• Can also be used by intermediates and advanced lifters for small-isolation type movements like bicep curls.
  • Great for burning fat but can also be used by novices to increase muscle definition.
  • Commonly used for post-injury rehabilitation.
Medium bands:
  • Ideal for intermediates who have been using resistance bands for 6-12 months.
  • Popular color for intermediates to perform compound movements like squats, lunges, presses, rows, and deadlifts.
  • Can also be used by novices for an extra-challenging workout or by advanced lifters for small-isolation type movements.
  • Great all-purpose band color for building muscle, losing fat, and increasing tone.
  • Commonly used at all training levels.
Heavy bands:
  • Ideal for intermediate-advanced lifters who have been band training for 12-18 months.
  • Popular color for heavy compound exercises to build muscle.
  • Great for increasing muscle size and tone.
  • Often found in gyms for those interested in building muscle.
Extra-heavy bands:
  • Ideal for advanced lifters who have been working with bands for 24+ months.
  • Popular color for people interested in building maximum muscle and strength.
  • Mainly used for the main compound lifts (squat, deadlift, bench press, row, shoulder press).
  • Great for increasing full-body muscle size and power.
  • Often found in commercial gyms.

New to band workouts? Don’t overtrain! You can check out my other post to find out why it’s not OK to use resistance bands everyday.

Are Resistance Band Colors Universal?

Resistance bands colors are not universal. Although yellow, blue, green, black, and red are popularly used by many different manufacturers, these are not standard colors. Some manufacturers may choose to use a different color scheme.

I thought it necessary to highlight this point.

Each company uses its color code!

It just so happens to be that yellow, blue, green, black, and red are popular color schemes due to the stark visual differences.

It would make sense to use colors that looked similar right?

That would defeat the purpose of using a color scheme in the first place…

Resistance band colors are not universal.

It should also be noted that two brands can have the same color scheme but a different color code.

By that, I mean one company might use black to identify their heavy band but another company may use the same color to identify their light band.

So please be careful and check the color and weight of your bands.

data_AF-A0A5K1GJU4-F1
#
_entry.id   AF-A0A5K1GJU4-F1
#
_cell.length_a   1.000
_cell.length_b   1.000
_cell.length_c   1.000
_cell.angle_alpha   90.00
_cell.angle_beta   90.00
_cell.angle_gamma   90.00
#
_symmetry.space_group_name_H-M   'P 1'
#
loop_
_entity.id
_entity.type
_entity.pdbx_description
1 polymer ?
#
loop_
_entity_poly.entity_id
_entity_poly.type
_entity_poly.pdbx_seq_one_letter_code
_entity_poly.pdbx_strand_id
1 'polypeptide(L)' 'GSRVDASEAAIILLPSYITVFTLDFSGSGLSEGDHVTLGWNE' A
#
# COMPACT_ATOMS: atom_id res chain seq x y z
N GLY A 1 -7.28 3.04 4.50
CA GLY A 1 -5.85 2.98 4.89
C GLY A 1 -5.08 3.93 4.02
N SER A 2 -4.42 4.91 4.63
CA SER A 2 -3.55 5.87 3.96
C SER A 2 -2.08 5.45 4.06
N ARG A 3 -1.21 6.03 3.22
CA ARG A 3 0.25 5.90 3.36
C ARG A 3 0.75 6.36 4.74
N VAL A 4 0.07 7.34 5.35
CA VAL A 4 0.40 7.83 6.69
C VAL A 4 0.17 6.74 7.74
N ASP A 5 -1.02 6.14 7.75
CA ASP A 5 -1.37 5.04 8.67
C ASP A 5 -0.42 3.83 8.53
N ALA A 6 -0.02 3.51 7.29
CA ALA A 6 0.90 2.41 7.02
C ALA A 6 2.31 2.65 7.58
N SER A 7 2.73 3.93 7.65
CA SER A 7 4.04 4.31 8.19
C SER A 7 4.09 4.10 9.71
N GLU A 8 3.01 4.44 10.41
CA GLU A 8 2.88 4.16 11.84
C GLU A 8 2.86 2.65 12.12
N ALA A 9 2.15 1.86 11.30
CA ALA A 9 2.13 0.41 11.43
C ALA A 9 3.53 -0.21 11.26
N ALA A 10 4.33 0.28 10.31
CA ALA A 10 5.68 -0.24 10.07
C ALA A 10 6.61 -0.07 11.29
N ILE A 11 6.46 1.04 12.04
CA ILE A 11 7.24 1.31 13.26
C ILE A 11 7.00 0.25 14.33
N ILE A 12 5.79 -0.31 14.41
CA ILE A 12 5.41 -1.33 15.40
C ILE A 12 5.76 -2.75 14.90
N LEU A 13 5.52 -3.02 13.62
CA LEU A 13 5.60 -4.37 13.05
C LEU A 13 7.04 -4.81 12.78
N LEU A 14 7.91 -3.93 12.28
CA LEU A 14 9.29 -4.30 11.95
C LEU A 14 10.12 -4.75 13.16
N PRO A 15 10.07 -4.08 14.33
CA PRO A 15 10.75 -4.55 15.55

The last thing you want is to buy the wrongly sized bands.

This could render your workouts ineffective or even impossible to perform!

Color Of The Strongest And Weakest Resistance Bands

The strongest and hardest resistance band color is usually red or black. In contrast, the weakest and easiest resistance band color is usually yellow or blue. But colors are not universal and different brands may deviate from this trend.

Speaking from personal experience and research, oftentimes the heaviest bands are red or black. And the lightest bands are often yellow or blue.

But as I mentioned before; resistance band colors are not universal.

So although this is a common trend, it’s not always the case.

Always do your own research and don’t just assume the weight of a certain band color!


If you’re not sure what resistance band weight classifications are, you can check out my other post which explains the weight of a heavy, medium, and light resistance band.

Where To Find The Bands Mentioned In This Post

You can buy direct from manufacturer.

But in my experience, Amazon offers the fastest and cheapest option overall (including delivery).

Here are the cheapest places I found the resistance bands mentioned in this post:

Conclusion

I’ve explained what the colors mean on resistance bands.

The color code is a simple way for manufacturers to differentiate the weights, tensions, and strengths of their bands.

This makes it easier for users to identify the weight of the resistance band we are lifting.

A popular color scheme used by many different companies is yellow, blue, green, black, and red (due to the visually stark palette).

But some companies may use additional colors like tan, gold, silver, etc).

Some companies may even use the same color for all their bands and simply choose to label them using the words “heavy”, “medium”, “light”, etc.

Thus, resistance band color codes are not universal.

So make sure you check carefully!

What color code are your bands?

Let me know in the comments!

You may also be interested in the downloadable Kalibre Blueprint PDF which details exactly how I gained 40lbs of lean muscle (it’s 100% free!). It details the exact exercises and nutrition I used to go from skinny to ripped!

Thanks for reading guys!

Peace Out,

Kal

(Biochemistry BSc, Biomedical Sciences MSc, Ex-Skinny Guy)